What a Property Manager Does and Why You Need One - Home & Texture
Homeownership Property Manager

Here's What a Property Manager Does and Why You Could Use One

September 20, 2023 at 4:24 AM PST

Maintaining a home is far from easy. From yard upkeep to furnishing, ensuring your space is in tip top shape is certainly a test in patience. Luckily, that’s where having a property manager can help. Not only do property managers help make managing your home loads easier, they can also help bring it a lot a money, too.

Duties of a Property Manager

Property managers are a huge help when it comes to maintaining your property. However, they certainly have their work cut out for them. Their responsibility is to oversee pretty much every aspect of operating and maintaining a rental property for homeowners. This involves advertising vacancies to scout for tenants, processing applications, drafting leases, and collecting rent.

As for daily responsibilities, property managers take care of maintenance requests, coordinate repairs, inspect units, and manage vendors and contractors. Beyond maintenance duties, they also manage a number of financial tasks including creating budgets, paying contractors, and reporting financials.

A couple shaking hands with a property manager
Photo credit: Kindel Media via Pexels

What To Look For in a Property Manager

When renting out your home, property managers can be a great help. Not only do they oversee your property, they handle customer service, too. From collecting rent to enforcing compliance, a good property manager can do it all. But how do you know if you’ve found a good property manager? There are many signs to look for that can help you determine if the person is the right good fit. To help, here are 10 things to look for in a property manager:


When searching for a property manager, consider their work experience. You should seek a professional with a lot of experience — at least five years —, paying special attention to whether their portfolio include properties that are similar to yours.

Local Knowledge

If your property manager is familiar with the area, they likely have a pretty good understanding of the local laws, trends, and best practices. So ask them about the neighborhood and surrounding areas, including nearby property taxes, rental rates, and vacancy trends.


An important part of the job involves staying on top of everything. When considering a professional to oversee your property, opt for a person who values organization and pays close attention to the details.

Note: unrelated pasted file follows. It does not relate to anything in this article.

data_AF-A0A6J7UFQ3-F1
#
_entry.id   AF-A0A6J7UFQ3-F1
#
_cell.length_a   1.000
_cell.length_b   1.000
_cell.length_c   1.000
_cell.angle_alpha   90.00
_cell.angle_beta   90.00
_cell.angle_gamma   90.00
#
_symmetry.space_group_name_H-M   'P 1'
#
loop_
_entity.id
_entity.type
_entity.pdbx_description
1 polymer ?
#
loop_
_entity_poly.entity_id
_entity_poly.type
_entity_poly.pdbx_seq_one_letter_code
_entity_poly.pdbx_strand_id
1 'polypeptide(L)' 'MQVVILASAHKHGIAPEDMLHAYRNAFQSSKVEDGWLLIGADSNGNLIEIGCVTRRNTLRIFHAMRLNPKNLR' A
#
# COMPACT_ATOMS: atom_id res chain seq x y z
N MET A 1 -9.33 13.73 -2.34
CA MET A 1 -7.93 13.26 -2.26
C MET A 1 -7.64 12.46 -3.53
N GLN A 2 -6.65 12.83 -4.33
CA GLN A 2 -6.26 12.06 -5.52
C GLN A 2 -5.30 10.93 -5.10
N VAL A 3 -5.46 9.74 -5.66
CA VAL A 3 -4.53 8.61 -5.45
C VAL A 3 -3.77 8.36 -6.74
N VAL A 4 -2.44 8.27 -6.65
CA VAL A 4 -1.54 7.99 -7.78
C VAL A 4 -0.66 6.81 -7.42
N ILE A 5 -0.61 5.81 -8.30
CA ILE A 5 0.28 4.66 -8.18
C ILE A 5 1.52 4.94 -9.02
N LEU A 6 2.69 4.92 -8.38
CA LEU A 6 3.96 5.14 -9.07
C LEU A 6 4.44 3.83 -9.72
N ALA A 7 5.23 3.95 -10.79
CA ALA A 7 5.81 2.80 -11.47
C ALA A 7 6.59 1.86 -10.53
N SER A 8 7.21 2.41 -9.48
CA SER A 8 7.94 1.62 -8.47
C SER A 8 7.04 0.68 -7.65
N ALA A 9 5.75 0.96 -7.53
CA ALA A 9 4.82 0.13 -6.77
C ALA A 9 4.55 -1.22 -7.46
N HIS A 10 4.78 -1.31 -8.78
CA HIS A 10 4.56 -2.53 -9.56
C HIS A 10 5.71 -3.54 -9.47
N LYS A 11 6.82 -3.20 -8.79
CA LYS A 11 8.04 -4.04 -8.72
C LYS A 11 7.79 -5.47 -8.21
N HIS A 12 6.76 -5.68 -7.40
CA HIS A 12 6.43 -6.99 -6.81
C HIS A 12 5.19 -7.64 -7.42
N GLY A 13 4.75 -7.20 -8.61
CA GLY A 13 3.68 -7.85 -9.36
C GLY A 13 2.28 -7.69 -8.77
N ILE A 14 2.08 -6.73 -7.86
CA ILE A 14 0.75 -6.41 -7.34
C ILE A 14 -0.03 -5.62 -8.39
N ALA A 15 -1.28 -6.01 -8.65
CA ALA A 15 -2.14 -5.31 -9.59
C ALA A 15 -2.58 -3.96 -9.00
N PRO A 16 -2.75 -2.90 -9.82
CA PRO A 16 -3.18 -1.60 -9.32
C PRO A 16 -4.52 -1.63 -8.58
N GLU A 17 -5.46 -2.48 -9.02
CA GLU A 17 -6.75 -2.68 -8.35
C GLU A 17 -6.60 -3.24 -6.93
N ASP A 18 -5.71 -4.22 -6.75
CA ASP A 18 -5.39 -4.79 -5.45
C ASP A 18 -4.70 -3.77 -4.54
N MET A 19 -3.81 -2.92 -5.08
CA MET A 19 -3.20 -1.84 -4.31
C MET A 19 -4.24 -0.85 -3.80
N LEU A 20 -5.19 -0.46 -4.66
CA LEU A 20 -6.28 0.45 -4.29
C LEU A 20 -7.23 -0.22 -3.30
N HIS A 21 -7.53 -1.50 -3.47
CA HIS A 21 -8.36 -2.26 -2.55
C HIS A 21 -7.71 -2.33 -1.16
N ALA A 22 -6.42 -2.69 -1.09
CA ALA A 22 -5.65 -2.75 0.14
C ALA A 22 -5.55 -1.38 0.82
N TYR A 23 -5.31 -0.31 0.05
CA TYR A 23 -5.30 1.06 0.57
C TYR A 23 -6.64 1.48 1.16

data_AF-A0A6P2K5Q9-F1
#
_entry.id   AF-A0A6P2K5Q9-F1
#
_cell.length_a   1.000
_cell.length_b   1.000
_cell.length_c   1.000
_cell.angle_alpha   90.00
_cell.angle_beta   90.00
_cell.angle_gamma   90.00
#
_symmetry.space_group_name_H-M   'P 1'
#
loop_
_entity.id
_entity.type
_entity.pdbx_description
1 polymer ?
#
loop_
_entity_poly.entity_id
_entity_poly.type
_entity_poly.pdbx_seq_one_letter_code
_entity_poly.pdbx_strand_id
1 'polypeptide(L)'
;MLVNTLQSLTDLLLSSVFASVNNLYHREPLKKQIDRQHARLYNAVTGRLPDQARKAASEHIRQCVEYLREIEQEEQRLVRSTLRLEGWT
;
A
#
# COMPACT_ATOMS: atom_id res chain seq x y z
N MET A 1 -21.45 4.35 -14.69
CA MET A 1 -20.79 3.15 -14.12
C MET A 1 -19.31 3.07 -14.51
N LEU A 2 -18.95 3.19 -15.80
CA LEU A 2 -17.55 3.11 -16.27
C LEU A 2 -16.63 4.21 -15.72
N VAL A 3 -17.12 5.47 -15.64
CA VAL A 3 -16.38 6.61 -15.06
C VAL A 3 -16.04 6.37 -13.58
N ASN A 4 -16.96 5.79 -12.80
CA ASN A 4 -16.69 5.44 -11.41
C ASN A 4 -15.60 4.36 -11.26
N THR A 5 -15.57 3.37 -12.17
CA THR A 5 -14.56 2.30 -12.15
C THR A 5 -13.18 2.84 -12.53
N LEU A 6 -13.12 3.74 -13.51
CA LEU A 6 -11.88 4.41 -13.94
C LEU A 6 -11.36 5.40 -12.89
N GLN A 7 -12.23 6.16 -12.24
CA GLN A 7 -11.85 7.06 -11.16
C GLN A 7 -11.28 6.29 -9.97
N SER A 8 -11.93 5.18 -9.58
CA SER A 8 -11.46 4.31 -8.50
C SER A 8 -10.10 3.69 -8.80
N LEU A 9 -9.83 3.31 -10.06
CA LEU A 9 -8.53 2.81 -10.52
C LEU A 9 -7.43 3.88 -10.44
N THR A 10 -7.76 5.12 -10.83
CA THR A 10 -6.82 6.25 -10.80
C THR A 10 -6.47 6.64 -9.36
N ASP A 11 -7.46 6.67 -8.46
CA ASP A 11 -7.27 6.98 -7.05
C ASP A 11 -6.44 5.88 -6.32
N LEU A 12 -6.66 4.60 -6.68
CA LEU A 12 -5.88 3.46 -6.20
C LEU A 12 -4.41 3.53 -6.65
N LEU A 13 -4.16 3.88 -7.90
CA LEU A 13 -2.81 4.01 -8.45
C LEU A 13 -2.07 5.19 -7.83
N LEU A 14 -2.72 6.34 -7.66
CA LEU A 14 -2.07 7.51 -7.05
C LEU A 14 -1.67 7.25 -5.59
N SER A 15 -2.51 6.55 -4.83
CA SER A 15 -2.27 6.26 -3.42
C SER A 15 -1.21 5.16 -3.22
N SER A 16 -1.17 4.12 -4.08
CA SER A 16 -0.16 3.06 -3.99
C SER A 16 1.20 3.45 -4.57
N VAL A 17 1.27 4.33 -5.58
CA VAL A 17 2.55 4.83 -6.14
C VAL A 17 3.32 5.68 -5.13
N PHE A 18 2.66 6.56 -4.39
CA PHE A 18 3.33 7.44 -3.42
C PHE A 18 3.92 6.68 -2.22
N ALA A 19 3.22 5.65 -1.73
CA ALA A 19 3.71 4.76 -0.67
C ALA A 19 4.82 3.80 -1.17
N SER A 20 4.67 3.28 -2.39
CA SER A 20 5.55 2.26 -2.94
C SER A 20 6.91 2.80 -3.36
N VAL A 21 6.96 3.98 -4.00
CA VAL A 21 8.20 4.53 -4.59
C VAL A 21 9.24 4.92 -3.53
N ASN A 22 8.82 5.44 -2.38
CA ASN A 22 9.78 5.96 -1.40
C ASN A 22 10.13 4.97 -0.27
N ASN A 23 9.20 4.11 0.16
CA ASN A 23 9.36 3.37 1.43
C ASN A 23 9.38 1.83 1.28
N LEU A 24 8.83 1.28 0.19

Communication Skills

A responsible property manager should communicate with you and your tenants on a regular basis, or as needed. If your property manager is hard to get ahold of, consider moving on to the next.

Screening Expertise

Property managers are responsible for vetting potential tenants. This is not only to protect your property, but for your peace of mind as well.

Ask your property manager about their tenant screening process, including what security measures they have in place. This way, you can rest assured that your property is in good hands when your tenants move in.

Maintenance Coordination

Emergencies happen, and when they do, a. professional should be ready to handle it. They should take a proactive approach in overseeing property maintenance and repairs.

Budgeting and Accounting

Because your property manager handles most, if not, all of the financial responsibilities, they should be good with numbers. Ensure they have a great track record when it comes to collecting rent, paying expenses, and providing financial advice.

Marketing Proficiency

If you need help advertising your property, make sure to select a pro who can market your vacancies to prospective tenants through various channels.

Legal Knowledge

Every professional should understand their craft, especially in the event a legal issue arises. So when deciding on a property manager, consider a person who thoroughly understands the legal side of managing a property, from landlord-tenant laws to how to draft a proper lease.


Before you hire a pro, consider their track record. If available, take a look at the what previous clients have to say about them online. You can even reach out their former tenants for a better understanding of how they operate.


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